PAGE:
Deploying a web application using Kubernetes

This post outlines the steps I followed in deploying a website in Kubernetes.

Kubernetes is a platform for automating deployment, scaling and management of our application across a cluster of hosts. It works with a different range of container tools and the one we will be using here is the popular Docker.

I have divided the process into 3 main sections:

  1. Creating a Docker image for the website
  2. Build the Docker image and upload it to Docker hub
  3. Deploy the Docker image on Kubernetes

I will be using the example of Factorial application – a simple web application created by Qxf2 that can be used as a QA interview tool.

Note: Skip to section 3 if you already have a Docker image of your website.

Creating a Docker image for the website

First, we need a Docker image that will be used while creating the Kubernetes deployment.
You can directly download the Docker image for the Factorial app from our Docker Hub repository using the following command:

docker pull sravantit25/factorial-qxf2:0.1

Below I have listed the steps to create the Docker file from scratch.

I have Windows Home version, so had 2 options to use Docker : Docker Toolbox or create a Linux AWS instance (free one) and install docker on it. I used the later approach. Images that are built using Docker are portable across operating systems.

Building the Docker file includes the following steps:

a. Installing essential tools – We will need python, pip and git

RUN apt-get update && apt-get install -y \
           curl \
           python \
           python-pip git

b. Clone the repository. It is present at

RUN git clone

c. Putting it all together
WORKDIR helps to define the working directory we want to run the command from. Using CMD will start the server after the docker image is completely built.

WORKDIR qa-interview-web-application
pip install -r requirements.txt
CMD python

The final docker file will look like this:

#Docker file for Factorial application
FROM ubuntu
MAINTAINER Qxf2 Services
#Install essential tools
RUN apt-get update && apt-get install -y \
curl \
python \
python-setuptools \
python-pip git
#Clone the Factorial application
RUN git clone
WORKDIR qa-interview-web-application
RUN pip install -r requirements.txt
#Start the server
CMD python

Save the above final file as Dockerfile in your working or any other directory.

Build the docker image and upload it to docker hub

a. Build the docker image. Make sure you are in the same directory where the Dockerfile is present.

docker build .

b. Upload the docker image to docker hub
I created a repo in my account and used this repo to tag the docker image.

docker tag 634a7b88de75 sravantit25/factorial-qxf2:0.1

c. push the image to the hub

docker push sravantit25/factorial-qxf2

Deploy the website docker image on Kubernetes

Applications need to be packaged into one of the supported container formats in order to be deployed on Kubernetes. We will now create a kubernetes pod where we will deploy our docker image. A pod is the basic execution unit of a Kubernetes application and is a group of one or more containers tied together for the purposes of administration and networking. A Kubernetes Deployment checks on the health of your Pod and restarts the pod’s Container if it terminates. Deployments are the recommended way to manage the creation and scaling of Pods.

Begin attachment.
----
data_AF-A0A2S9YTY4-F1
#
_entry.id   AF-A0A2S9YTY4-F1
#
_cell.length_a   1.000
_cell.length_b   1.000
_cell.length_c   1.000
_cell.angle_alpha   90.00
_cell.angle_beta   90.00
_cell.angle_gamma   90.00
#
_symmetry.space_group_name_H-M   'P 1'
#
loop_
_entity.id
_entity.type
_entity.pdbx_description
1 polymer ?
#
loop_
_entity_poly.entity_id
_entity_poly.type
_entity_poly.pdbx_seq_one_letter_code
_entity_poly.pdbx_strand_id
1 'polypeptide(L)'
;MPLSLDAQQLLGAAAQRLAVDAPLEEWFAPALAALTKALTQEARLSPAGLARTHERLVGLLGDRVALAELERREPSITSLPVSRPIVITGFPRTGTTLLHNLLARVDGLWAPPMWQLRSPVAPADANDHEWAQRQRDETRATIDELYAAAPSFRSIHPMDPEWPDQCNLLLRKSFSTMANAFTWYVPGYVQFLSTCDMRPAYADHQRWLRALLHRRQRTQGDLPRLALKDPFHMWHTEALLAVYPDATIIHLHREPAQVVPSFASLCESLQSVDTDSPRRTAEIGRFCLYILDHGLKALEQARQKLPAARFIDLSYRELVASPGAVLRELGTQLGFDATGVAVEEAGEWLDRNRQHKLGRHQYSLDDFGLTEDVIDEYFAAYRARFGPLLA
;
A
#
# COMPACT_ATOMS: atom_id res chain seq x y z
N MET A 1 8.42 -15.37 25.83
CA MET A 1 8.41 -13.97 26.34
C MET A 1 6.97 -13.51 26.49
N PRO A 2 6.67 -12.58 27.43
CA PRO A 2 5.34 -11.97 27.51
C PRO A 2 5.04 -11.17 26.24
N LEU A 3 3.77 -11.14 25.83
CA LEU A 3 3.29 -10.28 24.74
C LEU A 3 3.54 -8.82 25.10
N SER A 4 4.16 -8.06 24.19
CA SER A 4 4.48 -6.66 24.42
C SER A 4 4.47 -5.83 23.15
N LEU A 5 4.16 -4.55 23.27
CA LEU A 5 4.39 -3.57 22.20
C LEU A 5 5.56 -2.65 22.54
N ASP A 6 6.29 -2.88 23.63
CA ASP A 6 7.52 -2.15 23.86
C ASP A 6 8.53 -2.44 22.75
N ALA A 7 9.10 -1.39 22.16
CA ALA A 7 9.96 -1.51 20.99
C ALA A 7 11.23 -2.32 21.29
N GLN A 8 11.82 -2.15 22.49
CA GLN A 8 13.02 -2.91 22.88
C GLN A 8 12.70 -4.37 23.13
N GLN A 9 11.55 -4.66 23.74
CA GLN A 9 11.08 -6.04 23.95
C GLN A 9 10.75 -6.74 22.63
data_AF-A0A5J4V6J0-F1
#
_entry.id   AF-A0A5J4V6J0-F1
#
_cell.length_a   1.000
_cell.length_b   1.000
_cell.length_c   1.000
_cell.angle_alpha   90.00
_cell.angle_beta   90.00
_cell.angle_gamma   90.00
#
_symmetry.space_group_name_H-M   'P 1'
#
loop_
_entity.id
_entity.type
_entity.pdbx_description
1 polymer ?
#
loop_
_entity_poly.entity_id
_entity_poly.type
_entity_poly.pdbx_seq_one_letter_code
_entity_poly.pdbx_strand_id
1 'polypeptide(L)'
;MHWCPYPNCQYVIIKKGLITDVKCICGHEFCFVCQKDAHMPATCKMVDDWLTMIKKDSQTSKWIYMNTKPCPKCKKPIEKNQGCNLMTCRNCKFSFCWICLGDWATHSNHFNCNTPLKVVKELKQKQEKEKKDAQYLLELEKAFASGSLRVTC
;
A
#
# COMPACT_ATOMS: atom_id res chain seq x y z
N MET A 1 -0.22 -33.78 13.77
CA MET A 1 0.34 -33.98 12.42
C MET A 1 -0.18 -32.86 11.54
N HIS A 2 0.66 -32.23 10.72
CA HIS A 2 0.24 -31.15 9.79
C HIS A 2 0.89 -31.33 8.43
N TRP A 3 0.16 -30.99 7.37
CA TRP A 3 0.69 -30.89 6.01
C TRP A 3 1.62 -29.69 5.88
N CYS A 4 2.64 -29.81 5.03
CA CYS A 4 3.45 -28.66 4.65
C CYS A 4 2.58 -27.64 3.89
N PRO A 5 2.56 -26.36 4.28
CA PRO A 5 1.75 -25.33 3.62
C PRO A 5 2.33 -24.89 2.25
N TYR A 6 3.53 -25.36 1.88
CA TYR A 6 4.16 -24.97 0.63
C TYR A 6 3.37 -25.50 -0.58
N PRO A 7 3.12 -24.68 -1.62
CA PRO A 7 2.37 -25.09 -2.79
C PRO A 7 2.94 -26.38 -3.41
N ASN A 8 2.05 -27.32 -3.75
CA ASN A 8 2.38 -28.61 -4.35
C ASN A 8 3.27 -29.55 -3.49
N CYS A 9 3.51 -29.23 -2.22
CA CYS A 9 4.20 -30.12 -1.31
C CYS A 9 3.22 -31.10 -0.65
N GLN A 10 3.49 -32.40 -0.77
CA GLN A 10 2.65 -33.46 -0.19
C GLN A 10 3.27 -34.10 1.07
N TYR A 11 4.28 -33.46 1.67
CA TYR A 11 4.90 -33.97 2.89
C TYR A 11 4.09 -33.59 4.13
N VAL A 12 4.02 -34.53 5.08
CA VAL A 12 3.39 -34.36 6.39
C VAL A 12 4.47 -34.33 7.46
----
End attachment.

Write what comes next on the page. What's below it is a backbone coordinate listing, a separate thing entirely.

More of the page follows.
a. Installation and set up on Windows
We will use minikube, which makes it easy to run Kubernetes locally. It runs a single-node Kubernetes cluster in a virtual machine on your computer.
Install Minikube on Windows using Chocolatey (run as an administrator):

choco install minikube

A Hypervisor is also required. I downloaded VirtualBox

Use the following command to start up minikube:

minikube start --driver=VirtualBox

Run the below command to check the status of cluster:

minikube status
host: Running
kubelet: Running
apiserver: Running
kubeconfig: Configured

b. Verify kubectl is installed
Once the minikube is successfully configured, we can use kubectl, the Kubernetes command-line tool. It allows to run commands against Kubernetes clusters.
Use the following command to verify if kubectl is working

$kubectl version
Client Version: version.Info{Major:"1", Minor:"17", GitVersion:"v1.17.1", GitCommit:"d224476cd0730baca2b6e357d144171ed74192d6", GitTreeState:"clean", BuildDate:"2020-01-14T21:04:32Z", GoVersion:"go1.13.5", Compiler:"gc", Platform:"windows/amd64"}
Server Version: version.Info{Major:"1", Minor:"17", GitVersion:"v1.17.3", GitCommit:"06ad960bfd03b39c8310aaf92d1e7c12ce618213", GitTreeState:"clean", BuildDate:"2020-02-11T18:07:13Z", GoVersion:"go1.13.6", Compiler:"gc", Platform:"linux/amd64"}

c. Create a Kubernetes deployment using the docker image

$ kubectl create deployment qxf2-factorial-app --image=sravantit25/factorial-qxf2:0.1
deployment.apps/qxf2-factorial-app created

d. Check if the pod is running

$ kubectl get pod
qxf2-factorial-app-58dcdbc97f-5zzt5 1/1 Running 0 3m20s

This means that the website is running inside the pod.

e. To test the running server (pod), port-forward the pod port 6464 to localhost port 8081 (or any other port of your choice)

$ kubectl port-forward qxf2-factorial-app-58dcdbc97f-5zzt5 8081:6464
Forwarding from > 6464
Forwarding from [::1]:8081 > 6464

f. Test by running


That is it. We can get our server running in the pod. Next steps, look at ingress, load balancing, auto scaling etc.


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